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Biden an Putin

U.S. President Joe Biden and Russian President Vladimir Putin met in Geneva on June 16, 2021. (Photo: Ministry of Foreign Affairs of Russia/Twitter)

Activists Frustrated That Biden, Putin Won't Reduce Nuclear Arsenals

"Concerned citizens around the globe expect more than a general commitment to lay a foundation for status quo arms control," said the head of the International Campaign to Abolish Nuclear Weapons.

Jessica Corbett

Anti-nuke campaigners around the world expressed frustration on Wednesday after U.S. President Joe Biden and Russian President Vladimir Putin met in Geneva and released a joint statement but did not commit to cut down their nations' nuclear arsenals—let alone full disarmament.

"Following the Geneva summit, Presidents Putin and Biden have made no further commitments to reduce their nuclear arsenals in line with the Treaty on the Prohibition of Nuclear Weapons and global opinion," said Beatrice Fihn, executive director of International Campaign to Abolish Nuclear Weapons (ICAN).

"We need to see actual disarmament progress from the countries with the world's largest nuclear arsenals," she asserted.

ICAN won the 2017 Nobel Peace Prize for its campaigning, including efforts that year to raise support for the United Nations Treaty on the Prohibition of Nuclear Weapons, which bans such weapons under international law and entered into force this January—without support from the U.S. or Russian governments.

"The presidents acknowledged in their joint statement that even in times of tension, the two countries had made progress on reducing the threat of nuclear weapons in the past," said Fihn, "but this summit fell short of making significant progress towards that aim."

In their joint statement about the summit, the presidents said that "the United States and Russia have demonstrated that, even in periods of tension, they are able to make progress on our shared goals of ensuring predictability in the strategic sphere, reducing the risk of armed conflicts and the threat of nuclear war."

They also pointed to the five-year extension of the New START Treaty in February, for which Biden expressed support shortly after taking office the previous month.

The statement said:

The recent extension of the New START Treaty exemplifies our commitment to nuclear arms control. Today, we reaffirm the principle that a nuclear war cannot be won and must never be fought.

Consistent with these goals, the United States and Russia will embark together on an integrated bilateral strategic stability dialogue in the near future that will be deliberate and robust. Through this dialogue, we seek to lay the groundwork for future arms control and risk reduction measures.

Katrina vanden Heuvel, editorial director and publisher of The Nation, wrote Tuesday in her weekly Washington Post column that the summit would be "an opportunity to reverse a dangerous and in many ways unprecedented deterioration in relations between the two countries—and begin to set a new course."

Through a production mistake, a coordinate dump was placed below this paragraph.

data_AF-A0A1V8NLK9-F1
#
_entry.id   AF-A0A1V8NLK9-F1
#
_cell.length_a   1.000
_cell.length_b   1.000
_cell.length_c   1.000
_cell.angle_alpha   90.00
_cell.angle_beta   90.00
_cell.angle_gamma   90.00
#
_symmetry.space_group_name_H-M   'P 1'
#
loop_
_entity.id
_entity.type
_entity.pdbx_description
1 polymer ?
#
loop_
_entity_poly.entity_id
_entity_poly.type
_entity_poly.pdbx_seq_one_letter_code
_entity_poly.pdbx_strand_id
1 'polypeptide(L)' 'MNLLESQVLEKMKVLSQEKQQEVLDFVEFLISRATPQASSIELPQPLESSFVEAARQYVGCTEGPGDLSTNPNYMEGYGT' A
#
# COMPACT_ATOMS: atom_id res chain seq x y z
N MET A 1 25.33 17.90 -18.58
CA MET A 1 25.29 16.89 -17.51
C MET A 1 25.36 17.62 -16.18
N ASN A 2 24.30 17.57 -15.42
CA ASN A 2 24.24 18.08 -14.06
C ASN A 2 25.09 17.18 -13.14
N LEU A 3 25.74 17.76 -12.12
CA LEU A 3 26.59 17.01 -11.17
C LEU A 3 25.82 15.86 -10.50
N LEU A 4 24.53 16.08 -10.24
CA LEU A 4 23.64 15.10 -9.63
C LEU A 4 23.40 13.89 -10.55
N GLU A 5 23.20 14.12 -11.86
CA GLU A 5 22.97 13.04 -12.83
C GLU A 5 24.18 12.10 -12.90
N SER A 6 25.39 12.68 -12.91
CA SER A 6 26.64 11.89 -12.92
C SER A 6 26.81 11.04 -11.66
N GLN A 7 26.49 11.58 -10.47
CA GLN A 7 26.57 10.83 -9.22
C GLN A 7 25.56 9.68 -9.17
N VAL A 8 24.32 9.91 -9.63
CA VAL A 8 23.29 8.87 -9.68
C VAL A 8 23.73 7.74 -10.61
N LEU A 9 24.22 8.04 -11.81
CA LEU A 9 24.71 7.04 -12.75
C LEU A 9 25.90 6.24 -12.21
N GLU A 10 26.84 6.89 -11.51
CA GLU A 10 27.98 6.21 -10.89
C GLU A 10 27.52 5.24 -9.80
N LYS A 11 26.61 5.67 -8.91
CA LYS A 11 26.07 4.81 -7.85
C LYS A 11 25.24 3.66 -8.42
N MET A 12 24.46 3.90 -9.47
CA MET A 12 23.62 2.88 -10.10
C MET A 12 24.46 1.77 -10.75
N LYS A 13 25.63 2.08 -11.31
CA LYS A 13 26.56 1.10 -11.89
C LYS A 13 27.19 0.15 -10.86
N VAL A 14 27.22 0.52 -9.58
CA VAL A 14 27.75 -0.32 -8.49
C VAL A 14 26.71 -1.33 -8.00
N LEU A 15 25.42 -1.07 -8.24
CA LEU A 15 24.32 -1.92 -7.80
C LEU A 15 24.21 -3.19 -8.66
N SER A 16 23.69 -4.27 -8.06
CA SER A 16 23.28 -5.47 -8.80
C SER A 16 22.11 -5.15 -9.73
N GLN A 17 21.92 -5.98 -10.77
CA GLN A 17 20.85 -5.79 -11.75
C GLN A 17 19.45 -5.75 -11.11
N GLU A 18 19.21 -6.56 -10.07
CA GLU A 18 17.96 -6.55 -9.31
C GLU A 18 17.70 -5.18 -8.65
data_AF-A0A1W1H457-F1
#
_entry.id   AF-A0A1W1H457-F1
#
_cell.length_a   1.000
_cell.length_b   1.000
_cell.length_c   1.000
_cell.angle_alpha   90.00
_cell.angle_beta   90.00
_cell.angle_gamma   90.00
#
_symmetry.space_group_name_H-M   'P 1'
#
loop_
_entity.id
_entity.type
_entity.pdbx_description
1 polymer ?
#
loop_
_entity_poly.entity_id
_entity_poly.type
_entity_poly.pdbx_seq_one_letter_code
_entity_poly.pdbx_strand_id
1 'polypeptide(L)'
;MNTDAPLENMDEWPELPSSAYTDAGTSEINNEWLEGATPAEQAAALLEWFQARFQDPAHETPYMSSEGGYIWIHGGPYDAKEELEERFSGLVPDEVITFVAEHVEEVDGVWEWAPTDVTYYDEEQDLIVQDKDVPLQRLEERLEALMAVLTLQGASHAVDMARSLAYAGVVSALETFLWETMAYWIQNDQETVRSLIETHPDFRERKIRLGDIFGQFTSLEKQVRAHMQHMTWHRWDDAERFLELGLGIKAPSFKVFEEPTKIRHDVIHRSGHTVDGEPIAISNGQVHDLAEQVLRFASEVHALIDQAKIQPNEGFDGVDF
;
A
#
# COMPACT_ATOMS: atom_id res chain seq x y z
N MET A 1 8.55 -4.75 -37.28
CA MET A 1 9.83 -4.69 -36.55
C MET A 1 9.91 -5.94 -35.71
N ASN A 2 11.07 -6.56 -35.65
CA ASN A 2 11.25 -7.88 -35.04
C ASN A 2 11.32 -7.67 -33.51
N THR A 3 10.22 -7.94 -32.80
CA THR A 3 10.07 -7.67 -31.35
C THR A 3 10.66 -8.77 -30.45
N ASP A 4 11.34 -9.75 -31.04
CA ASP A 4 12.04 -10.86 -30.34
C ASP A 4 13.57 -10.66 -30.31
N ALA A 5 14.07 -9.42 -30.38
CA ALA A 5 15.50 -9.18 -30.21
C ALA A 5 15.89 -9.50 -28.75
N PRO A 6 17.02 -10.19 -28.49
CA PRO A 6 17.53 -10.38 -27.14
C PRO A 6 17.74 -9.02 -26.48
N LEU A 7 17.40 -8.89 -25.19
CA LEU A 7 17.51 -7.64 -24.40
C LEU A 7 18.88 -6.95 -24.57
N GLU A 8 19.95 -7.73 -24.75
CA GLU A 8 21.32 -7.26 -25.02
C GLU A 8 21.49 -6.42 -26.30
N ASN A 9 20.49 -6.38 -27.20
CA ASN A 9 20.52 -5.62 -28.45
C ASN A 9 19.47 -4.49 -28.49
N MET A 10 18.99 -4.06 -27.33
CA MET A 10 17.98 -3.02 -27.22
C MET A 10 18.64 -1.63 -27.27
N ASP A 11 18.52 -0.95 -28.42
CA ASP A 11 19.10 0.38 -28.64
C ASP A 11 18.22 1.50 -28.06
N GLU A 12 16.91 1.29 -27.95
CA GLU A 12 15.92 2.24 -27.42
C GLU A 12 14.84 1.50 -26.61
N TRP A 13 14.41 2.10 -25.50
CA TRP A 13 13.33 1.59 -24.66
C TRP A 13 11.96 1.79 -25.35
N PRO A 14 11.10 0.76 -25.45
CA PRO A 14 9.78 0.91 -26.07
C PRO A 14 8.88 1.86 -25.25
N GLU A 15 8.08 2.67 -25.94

"It's hard to overstate the dire global implications if the relationship between the United States and Russia continues to worsen," she continued. "Former Defense Secretary William Perry has said that in recent years, the chance of a major nuclear disaster has become even higher than during the Cold War—and cold wars fuel the military-industrial-congressional complex, empower war parties and hard-liners, and can virtually obliterate the space for dissenting views."

According to the New York Times, Biden told reporters on Wednesday that "the tone of the entire meeting was good, positive," a sentiment that was echoed by his Russian counterpart.

"There has been no hostility," Putin reportedly said. "On the contrary, our meeting took place in a constructive spirit."

However, despite the apparent progress at the meeting, Arms Control Association (ACA) executive director Daryl Kimball noted earlier this week in a piece for Just Security that "both countries are spending tens of billions of dollars a year modernizing and upgrading their massive nuclear stockpiles," and "at this point, neither side can credibly claim they are fulfilling their Nuclear Nonproliferation Treaty obligations."

In early June, with a nod to Wednesday's summit, more than 30 U.S. and Russian groups—including ACA—joined with international nuclear policy experts and former senior officials to collectively call on the presidents to "commit to a bilateral strategic dialogue that is regular, frequent, comprehensive, and result-oriented, leading to further reduction of the nuclear risk hanging over the world and to the rediscovery of the road to a world free of nuclear weapons."

On Tuesday, just ahead of Biden and Putin's meeting at an 18th century building in a Swiss park, Fihn wrote for Fortune that "the U.S. and Russia must act in accordance with the ever-growing risk of nuclear annihilation and in recognition of the humanitarian consequences of nuclear use to significantly reduce their nuclear arsenals on the road to a world free of nuclear weapons."

"They can accomplish this by agreeing to sign the Treaty on the Prohibition of Nuclear Weapons," she continued. "As Putin and Biden meet in beautiful Geneva, they should remember the destruction and horror in Hiroshima and Nagasaki over 75 years ago, and commit to working to ban and eliminate nuclear weapons before such a tragedy happens again."

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